Arcam rDAC

The concept behind a DAC is simple. It follows the same logic related to separating the pre and power stages of an amplifier to improve the latter’s overall sound quality. Isolating a DAC from its sister CD transport and connecting the two via a single cable should, in theory, enable each piece to work at its best as independent units. Such an arrangement eliminates the need of worrying about single-box downsides like electrical cross contamination and other associated distortions.

The technique also yields benefits in that a DAC can serve as a useful upgrade to a trusted CD player. In this setup, the user retains the original CD chassis, utilizes the transport, and plugs in the new DAC, effectively overriding the built-in DAC. In addition, a DAC can also plug into your computer, allowing you to take your PC as a serious digital source—possibly for the very first time. Great multi-taskers, DACs can enhance your audio-visual experience as well. Just attach a DAC to your DVD player or even a set-top box.

Arcam’s new rDAC is one such multi-purpose unit that, in this particular case, is the result of a unique partnership—and one in which a high-quality technological pedigree is instilled within.

“We’ve always had a strong partnership with dCS. Ten or 12 years ago, we built an integrated CD player with dCS, using the company’s Ring DAC technology, blown onto a single chip. We talked to them again about an USB-sourced DAC that dSC had developed. As a result, the rDAC has an asynchronous USB input which allows us to take control of the timing of the USB output of any PC device.”

So says Arcam Senior Engineer Andy Moore, who was tasked to tackle the horror source that is your basic computer. The problem is, your average PC system isn’t optimized for actual digital audio transfer.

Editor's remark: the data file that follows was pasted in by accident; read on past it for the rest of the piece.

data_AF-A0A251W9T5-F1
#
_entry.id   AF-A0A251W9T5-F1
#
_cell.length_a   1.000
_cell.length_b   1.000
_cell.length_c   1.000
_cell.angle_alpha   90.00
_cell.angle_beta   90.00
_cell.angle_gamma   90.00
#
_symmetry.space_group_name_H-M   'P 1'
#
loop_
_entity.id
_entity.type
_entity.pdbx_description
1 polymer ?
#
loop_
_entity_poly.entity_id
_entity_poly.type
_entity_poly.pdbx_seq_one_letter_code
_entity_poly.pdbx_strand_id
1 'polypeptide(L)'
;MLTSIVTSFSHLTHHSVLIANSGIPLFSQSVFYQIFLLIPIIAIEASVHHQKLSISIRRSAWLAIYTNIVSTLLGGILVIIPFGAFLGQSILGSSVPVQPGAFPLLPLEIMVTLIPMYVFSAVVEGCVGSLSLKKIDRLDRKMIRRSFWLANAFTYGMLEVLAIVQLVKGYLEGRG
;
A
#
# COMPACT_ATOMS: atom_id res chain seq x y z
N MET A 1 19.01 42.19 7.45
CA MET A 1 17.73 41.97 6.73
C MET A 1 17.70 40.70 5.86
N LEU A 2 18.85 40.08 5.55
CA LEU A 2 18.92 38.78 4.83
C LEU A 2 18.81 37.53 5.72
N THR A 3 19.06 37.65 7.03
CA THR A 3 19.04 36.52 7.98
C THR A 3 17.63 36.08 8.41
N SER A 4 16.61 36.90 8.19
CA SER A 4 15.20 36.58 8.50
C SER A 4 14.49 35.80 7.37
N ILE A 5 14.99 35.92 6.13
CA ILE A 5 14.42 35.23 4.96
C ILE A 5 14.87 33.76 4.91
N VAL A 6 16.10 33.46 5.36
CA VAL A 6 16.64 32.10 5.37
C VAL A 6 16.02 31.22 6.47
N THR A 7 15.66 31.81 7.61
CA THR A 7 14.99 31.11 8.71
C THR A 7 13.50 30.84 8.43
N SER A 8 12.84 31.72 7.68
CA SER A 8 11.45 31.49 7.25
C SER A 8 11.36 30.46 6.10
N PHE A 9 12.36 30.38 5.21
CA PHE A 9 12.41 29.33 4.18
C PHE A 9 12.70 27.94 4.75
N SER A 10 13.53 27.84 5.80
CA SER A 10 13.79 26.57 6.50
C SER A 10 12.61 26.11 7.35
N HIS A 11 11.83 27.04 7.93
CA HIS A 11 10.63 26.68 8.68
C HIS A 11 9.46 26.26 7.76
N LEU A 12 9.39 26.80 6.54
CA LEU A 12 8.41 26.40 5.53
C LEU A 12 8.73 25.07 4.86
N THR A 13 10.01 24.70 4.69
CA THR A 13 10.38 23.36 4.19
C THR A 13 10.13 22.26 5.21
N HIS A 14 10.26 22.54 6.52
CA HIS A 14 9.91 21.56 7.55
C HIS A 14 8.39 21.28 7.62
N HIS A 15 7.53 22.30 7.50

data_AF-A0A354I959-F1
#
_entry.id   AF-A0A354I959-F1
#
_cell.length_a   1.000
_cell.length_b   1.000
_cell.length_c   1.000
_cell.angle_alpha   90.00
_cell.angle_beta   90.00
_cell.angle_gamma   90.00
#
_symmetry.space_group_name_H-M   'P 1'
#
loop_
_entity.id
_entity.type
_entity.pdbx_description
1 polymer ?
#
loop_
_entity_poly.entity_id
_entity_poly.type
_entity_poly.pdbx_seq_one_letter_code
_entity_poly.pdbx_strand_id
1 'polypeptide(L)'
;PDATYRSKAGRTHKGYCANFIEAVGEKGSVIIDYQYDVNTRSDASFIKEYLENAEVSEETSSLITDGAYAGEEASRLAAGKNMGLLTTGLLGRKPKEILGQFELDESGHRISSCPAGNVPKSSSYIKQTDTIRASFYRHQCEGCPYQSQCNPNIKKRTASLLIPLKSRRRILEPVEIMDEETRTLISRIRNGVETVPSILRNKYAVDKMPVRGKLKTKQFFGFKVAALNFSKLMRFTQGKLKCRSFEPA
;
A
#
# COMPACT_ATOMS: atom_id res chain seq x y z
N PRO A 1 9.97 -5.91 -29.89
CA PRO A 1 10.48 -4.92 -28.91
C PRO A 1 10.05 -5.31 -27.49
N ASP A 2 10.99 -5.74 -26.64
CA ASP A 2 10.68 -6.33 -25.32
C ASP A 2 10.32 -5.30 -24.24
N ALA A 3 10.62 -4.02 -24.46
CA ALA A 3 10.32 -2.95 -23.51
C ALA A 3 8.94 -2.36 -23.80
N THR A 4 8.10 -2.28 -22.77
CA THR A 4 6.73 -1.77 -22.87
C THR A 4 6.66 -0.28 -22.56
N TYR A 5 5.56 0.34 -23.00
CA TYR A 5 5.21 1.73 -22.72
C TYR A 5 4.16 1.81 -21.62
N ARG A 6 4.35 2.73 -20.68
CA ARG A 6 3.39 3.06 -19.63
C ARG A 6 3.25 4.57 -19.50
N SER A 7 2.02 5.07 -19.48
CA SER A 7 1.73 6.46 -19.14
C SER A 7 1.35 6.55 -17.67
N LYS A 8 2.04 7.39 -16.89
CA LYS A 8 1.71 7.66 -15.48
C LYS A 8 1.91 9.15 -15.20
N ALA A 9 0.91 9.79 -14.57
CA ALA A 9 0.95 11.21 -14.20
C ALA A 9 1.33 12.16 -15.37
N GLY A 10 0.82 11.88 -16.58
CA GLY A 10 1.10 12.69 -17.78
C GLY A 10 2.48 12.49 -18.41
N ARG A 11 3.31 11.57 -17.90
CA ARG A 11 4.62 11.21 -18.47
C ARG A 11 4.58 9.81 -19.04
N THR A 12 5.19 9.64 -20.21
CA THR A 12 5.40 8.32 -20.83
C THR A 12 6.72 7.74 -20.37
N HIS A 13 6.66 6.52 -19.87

“The PC tends to render audio over to the USB input,” confirms Moore, “goes off and does something else, realizes that the memory buffer is starting to run low, and then chucks another load of audio at the USB output—which results in all manner of jitter and timing errors. An asynchronous DAC takes control of it. Like a metronome, the asynchronous DAC says, ‘Give me data: now…now…now…now…’ You’re retiming the output of the PC, thus reducing the jitter errors to a factor of 50 to 100. The goal is to clean the data up before you turn the ones and zeroes into audio.”

Coaxial and optical inputs are also included on the rDAC, but the company recommends that, while fine for CD players and other external fittings, you do not plug your PC into the optical port, as doing so will trigger the return to audio chaos. Internally, the rDAC features a Wolfson WMA741 (the same as the Arcam’s top-of-the-line CD player), multiple staged regulation to provide a clean power supply, and a tidy layout for reduced cross-board interference. The front of the small cast-aluminium and largely inert chassis—spanning just 6.3 x 4 x1.6 inches and weighing only 1.5 pounds— features a row of source lights: USB, Optical, Coax, and Wireless (not actually available on this particular model). A rubberized, non-slip neoprene plate forms the chassis floor and acts as a deadening facility, reducing microphony.